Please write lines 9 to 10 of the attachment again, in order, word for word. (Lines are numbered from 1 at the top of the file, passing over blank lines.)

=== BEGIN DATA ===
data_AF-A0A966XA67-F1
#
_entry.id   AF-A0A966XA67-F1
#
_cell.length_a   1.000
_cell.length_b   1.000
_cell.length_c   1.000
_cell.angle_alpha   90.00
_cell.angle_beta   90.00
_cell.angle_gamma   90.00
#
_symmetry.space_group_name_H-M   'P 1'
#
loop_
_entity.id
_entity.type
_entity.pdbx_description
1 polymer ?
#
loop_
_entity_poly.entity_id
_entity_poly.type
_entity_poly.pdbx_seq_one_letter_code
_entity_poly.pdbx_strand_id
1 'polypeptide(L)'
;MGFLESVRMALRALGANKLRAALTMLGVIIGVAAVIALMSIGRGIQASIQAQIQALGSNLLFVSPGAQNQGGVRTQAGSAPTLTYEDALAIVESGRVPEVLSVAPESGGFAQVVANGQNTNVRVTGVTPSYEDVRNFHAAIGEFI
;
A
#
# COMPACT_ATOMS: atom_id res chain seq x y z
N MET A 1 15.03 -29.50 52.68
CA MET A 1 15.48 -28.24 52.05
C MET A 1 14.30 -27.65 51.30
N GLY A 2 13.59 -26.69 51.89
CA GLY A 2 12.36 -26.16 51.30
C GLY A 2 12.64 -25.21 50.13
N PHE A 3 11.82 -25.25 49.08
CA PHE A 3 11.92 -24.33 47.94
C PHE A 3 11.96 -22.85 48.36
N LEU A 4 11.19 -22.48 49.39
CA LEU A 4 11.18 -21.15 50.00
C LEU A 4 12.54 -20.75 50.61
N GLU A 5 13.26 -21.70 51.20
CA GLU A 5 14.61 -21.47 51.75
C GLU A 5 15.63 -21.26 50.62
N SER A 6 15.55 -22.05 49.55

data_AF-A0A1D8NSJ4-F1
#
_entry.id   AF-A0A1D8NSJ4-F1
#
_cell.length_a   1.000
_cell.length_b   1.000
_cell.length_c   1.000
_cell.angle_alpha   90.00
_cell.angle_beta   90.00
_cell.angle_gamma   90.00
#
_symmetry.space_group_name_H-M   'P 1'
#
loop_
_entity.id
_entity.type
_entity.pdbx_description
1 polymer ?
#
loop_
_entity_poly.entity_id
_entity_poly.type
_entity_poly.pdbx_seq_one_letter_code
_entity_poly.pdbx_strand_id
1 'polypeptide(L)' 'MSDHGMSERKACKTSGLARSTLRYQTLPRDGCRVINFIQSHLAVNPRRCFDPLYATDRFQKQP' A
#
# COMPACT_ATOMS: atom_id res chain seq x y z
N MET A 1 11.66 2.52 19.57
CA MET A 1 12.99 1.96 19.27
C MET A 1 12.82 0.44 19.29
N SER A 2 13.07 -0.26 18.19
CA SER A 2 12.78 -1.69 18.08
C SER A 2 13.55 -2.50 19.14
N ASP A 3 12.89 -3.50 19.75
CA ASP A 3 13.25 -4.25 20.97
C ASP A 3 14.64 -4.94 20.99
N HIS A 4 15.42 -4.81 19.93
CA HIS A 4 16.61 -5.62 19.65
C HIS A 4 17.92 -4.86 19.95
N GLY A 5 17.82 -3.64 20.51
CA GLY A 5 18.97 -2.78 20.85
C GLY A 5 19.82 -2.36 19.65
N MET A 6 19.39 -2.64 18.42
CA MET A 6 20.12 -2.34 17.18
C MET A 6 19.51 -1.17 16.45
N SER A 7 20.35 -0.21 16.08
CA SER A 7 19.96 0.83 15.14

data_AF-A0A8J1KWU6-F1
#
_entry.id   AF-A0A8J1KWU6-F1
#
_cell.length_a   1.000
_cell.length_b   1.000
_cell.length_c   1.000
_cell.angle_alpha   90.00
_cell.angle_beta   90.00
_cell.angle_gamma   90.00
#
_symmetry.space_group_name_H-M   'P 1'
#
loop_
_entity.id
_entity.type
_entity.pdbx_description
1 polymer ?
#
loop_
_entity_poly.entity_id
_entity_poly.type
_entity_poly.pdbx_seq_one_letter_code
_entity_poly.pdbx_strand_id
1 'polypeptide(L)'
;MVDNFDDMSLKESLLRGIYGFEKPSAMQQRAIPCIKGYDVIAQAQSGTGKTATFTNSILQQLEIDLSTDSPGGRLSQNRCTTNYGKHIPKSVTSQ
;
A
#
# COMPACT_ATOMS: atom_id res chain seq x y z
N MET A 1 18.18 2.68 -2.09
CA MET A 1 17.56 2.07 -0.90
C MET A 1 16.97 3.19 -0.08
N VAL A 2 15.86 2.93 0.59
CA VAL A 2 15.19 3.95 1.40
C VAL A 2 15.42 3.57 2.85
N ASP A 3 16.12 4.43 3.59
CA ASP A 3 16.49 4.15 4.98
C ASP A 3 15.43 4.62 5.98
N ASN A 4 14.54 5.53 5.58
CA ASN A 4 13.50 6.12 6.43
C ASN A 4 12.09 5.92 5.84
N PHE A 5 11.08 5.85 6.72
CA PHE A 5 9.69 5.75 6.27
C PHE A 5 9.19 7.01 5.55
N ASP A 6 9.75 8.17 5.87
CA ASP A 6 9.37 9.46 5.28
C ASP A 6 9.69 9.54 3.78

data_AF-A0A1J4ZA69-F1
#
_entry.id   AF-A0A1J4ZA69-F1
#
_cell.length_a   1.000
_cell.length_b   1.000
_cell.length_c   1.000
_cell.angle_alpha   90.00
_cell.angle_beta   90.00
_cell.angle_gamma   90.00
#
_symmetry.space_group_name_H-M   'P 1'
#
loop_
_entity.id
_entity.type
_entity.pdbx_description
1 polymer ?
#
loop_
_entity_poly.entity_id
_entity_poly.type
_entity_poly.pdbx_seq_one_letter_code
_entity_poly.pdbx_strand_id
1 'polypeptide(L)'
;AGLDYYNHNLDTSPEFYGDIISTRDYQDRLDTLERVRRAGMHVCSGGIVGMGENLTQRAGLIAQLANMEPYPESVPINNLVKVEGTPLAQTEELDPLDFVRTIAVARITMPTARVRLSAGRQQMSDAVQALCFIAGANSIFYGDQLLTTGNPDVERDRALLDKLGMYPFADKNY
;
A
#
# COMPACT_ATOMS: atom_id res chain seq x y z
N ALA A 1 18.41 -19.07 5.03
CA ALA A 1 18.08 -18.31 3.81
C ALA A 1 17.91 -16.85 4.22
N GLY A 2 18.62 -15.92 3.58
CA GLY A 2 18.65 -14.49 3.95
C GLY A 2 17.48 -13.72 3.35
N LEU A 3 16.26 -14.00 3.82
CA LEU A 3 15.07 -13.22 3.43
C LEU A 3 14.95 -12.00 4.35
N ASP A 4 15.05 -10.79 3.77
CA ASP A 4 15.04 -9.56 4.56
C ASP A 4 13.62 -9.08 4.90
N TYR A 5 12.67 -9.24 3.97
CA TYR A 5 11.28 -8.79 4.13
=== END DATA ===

_cell.angle_beta   90.00
_cell.angle_gamma   90.00